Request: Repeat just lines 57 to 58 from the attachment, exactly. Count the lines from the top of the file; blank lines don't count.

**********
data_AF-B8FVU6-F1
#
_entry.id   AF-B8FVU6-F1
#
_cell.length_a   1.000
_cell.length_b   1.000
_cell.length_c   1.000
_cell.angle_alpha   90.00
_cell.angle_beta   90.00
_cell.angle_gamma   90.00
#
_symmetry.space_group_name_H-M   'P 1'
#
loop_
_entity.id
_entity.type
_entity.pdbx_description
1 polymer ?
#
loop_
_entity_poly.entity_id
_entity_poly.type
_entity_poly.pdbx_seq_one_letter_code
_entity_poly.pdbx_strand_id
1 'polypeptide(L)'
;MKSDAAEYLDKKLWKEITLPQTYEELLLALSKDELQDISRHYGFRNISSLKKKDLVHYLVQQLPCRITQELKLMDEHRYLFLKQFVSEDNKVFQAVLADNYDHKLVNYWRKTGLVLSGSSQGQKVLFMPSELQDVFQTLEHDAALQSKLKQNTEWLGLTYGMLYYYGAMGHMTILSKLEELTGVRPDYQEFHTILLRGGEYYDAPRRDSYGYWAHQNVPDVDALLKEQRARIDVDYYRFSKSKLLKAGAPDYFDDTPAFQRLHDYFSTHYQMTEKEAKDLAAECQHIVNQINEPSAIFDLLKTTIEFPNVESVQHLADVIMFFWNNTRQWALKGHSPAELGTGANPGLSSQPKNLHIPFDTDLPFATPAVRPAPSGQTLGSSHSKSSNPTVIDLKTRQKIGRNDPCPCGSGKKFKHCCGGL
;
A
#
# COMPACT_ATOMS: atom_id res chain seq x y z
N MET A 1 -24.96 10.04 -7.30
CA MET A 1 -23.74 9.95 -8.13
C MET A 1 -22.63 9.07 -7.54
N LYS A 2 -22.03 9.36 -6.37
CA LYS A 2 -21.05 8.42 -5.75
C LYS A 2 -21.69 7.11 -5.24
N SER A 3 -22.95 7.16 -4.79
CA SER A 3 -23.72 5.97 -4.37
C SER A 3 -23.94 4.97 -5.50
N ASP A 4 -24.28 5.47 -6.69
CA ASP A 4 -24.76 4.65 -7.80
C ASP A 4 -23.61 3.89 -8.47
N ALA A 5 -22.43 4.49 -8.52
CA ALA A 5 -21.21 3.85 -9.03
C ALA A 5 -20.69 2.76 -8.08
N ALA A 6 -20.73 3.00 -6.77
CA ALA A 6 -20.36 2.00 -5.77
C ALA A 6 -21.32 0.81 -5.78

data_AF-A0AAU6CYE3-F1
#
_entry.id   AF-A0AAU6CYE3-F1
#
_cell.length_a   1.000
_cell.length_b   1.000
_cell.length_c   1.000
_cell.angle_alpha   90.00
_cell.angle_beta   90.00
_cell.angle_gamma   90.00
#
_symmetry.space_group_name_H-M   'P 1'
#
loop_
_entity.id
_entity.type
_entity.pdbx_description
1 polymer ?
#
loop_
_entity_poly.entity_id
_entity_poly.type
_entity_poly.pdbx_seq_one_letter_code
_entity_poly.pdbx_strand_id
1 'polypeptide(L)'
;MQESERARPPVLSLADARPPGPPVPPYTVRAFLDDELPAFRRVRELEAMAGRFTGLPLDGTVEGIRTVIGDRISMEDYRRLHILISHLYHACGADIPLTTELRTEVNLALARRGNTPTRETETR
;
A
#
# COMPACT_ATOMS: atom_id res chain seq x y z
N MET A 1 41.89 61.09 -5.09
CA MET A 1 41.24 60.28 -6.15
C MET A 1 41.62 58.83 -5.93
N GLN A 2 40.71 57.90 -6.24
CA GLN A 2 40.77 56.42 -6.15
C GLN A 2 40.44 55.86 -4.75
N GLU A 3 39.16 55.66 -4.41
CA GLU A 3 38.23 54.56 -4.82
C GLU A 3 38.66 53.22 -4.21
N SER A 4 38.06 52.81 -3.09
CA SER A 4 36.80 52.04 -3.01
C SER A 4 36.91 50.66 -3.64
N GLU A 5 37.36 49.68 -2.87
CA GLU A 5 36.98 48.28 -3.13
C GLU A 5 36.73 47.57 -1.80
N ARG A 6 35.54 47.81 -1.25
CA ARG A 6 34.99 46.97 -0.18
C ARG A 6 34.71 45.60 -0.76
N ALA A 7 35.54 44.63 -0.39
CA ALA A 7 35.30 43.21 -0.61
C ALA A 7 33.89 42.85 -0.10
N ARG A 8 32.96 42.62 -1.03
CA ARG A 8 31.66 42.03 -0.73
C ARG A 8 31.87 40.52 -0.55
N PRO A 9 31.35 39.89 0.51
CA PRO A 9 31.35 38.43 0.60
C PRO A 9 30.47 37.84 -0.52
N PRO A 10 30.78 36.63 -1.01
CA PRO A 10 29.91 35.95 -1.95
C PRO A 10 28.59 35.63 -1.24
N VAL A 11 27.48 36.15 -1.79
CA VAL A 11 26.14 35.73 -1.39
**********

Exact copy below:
_cell.angle_beta   90.00
_cell.angle_gamma   90.00